But what are the most important soft skills, or future-ready meta skills, that underpin this rapidly growing field? Here are three that play a critical role in the effectiveness of people working in the green economy.
Yes! If you seek positive change in the world, a healthy dose of curiosity opens your eyes to unknown possibilities. And if you’re working in a field that’s aiming to make the world a better place, the more open you are to using unconventional approaches and exploring strange solutions the better.
And did you know that curiosity boosts work performance? Here's the evidence.
Innovation is about introducing new ideas and methods. It’s about implementing something not done before and seeing it reap the benefits.
Now innovation doesn’t have to be about reinventing the wheel. It can also mean building a smarter wheel.
The ability to generate and bring innovative solutions to the table is an important skill for people working in the green economy. It’s a field that’s wide open to new ways of doing things in a sustainable manner.
There are different degrees of innovation, and the green economy is very receptive to all three. Incremental innovation refers to improvements to existing processes. Disruptive or radical innovation is all about substantial changes or completely new ways of doing things.
People with the skills to think outside the box to imagine a sustainable future are essential for the green economy to make headway.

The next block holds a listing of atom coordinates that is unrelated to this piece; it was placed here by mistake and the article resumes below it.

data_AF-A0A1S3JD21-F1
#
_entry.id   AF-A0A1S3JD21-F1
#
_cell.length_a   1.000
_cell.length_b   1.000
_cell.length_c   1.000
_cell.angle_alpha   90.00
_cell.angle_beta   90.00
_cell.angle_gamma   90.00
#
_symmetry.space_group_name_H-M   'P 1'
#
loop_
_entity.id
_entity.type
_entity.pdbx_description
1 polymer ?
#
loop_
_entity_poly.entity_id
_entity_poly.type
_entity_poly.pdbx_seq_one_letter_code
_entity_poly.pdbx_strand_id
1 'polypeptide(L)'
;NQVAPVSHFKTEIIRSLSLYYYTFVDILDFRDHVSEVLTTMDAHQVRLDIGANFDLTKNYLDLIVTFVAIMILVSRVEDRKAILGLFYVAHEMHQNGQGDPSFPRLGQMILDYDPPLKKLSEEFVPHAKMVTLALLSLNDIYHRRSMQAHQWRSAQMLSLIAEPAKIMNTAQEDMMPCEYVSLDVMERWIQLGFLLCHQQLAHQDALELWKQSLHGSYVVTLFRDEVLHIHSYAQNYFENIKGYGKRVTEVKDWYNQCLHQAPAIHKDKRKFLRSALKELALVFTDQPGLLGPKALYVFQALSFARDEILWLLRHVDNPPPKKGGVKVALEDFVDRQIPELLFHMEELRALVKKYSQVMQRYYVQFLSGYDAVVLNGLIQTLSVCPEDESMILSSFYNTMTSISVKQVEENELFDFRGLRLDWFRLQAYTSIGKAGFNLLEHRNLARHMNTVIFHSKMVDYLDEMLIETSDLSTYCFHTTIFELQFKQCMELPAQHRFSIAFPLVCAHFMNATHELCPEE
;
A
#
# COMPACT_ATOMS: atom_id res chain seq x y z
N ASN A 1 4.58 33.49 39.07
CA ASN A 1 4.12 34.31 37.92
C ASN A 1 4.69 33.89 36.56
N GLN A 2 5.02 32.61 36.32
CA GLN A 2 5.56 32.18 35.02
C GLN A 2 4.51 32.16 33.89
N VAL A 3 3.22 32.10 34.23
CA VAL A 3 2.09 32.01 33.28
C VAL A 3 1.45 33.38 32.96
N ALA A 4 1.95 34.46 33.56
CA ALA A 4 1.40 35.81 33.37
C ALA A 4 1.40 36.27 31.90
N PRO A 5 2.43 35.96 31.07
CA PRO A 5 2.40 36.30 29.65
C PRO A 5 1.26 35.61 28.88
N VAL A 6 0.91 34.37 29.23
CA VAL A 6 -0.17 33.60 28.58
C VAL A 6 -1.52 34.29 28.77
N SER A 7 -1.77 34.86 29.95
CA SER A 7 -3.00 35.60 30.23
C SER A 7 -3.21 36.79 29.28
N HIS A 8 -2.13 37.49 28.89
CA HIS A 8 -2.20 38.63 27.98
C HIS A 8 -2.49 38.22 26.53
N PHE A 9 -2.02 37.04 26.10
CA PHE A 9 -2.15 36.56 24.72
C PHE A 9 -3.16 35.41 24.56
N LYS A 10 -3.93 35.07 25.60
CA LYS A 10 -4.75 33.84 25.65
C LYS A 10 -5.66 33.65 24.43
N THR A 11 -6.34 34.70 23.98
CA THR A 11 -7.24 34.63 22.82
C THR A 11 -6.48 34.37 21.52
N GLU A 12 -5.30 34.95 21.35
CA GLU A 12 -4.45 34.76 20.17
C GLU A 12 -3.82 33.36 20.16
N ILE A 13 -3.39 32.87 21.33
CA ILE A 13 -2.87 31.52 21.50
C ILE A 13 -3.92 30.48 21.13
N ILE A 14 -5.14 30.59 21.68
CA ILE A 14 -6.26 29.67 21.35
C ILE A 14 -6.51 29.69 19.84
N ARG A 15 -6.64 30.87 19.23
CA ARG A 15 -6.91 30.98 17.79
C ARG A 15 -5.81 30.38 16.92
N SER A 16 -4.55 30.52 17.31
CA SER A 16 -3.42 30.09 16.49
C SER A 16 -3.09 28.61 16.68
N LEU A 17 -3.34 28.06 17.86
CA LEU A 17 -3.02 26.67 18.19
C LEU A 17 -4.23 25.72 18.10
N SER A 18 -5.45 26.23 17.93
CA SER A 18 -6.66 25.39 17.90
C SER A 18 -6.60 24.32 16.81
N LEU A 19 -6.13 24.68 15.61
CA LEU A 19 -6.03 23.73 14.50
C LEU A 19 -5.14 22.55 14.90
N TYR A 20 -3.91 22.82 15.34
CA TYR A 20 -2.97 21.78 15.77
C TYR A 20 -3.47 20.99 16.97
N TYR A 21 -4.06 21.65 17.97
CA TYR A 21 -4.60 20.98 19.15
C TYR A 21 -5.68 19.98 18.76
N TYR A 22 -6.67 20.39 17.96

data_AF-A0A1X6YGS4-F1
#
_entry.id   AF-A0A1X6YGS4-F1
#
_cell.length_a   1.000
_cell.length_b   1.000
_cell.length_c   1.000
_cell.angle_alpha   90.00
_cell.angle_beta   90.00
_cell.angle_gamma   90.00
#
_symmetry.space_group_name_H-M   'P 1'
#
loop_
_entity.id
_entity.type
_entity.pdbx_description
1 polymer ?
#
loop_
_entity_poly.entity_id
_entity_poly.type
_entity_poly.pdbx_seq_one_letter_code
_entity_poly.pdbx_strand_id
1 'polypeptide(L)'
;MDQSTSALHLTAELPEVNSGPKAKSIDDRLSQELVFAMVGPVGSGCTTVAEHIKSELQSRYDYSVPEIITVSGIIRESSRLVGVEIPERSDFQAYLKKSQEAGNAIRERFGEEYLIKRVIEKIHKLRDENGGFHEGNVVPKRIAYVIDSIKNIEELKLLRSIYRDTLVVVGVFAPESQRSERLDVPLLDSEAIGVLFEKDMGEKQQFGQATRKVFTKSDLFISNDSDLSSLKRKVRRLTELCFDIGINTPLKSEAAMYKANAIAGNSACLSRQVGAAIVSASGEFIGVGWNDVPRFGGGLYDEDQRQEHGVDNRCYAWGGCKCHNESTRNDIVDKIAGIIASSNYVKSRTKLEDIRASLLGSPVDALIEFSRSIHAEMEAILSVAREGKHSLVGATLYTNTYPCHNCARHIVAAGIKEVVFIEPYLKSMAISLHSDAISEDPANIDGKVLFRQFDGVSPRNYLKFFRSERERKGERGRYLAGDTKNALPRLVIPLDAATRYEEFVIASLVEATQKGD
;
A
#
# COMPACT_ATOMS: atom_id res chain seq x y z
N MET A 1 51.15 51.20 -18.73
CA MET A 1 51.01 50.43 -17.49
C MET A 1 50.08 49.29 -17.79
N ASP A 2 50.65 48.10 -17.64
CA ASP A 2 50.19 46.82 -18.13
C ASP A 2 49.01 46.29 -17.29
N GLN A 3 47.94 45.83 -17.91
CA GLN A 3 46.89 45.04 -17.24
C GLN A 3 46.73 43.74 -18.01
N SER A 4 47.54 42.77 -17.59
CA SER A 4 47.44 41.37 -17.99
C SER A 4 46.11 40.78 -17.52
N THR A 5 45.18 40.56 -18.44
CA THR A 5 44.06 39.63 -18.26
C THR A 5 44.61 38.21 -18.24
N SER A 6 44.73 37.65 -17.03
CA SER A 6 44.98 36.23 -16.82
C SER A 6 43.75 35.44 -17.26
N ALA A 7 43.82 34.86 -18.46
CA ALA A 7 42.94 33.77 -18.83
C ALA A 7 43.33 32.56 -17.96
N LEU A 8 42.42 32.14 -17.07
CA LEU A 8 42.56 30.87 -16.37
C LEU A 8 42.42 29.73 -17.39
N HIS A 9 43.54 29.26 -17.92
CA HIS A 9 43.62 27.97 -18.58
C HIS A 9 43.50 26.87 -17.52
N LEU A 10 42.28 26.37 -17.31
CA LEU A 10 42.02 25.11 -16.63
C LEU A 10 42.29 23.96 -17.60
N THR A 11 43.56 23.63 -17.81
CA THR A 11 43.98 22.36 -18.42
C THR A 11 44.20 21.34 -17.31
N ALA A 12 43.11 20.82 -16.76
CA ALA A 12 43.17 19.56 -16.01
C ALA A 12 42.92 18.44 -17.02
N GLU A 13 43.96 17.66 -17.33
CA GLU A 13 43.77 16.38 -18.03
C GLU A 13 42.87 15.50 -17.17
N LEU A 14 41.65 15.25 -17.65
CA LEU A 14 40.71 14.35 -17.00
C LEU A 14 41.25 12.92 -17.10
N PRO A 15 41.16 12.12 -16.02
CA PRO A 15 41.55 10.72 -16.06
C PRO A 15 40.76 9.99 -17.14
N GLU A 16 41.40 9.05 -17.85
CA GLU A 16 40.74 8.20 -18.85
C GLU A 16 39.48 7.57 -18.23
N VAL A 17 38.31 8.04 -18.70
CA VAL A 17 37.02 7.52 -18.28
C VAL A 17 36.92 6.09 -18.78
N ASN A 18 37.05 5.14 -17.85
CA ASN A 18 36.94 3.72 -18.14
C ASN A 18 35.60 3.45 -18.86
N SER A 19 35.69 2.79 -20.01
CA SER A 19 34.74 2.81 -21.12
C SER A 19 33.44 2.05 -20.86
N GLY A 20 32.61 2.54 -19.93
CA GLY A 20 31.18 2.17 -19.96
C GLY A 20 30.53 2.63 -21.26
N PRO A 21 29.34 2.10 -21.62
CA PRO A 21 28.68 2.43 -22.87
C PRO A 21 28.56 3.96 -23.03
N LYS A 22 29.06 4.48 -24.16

The green economy needs ever increasing numbers of people to advocate for change. To change mindsets from “nice to have” to “must have”.
There are three areas in which communication is very needed:
1. To effectively communicate the risks and dangers associated with current patterns of consumption.
2. To build acceptance for new ways of doing things to build a more sustainable future.
3. To build collaborative models for future changes which are likely to be disruptive in the short term.
The power of communication lies in framing the message for the receiver’s ears. It’s not about enforcing the viewpoint of the sender. It’s about getting in the mind of the receiver and tailoring the communication to meet their needs.
Highly effective and persuasive communicators are needed across the green economy to give strength to their messages and solutions.
These four categories are talent-hungry: sales and marketing, business and project management, anything technological and the green economy.
Each of these categories requires people with specific future-ready meta skills to drive the future.
How ready are you? How ready is your workforce? The best time to build the skills for tomorrow is now. Because the future is knocking on the door. Businesses that aren’t ready, won’t survive.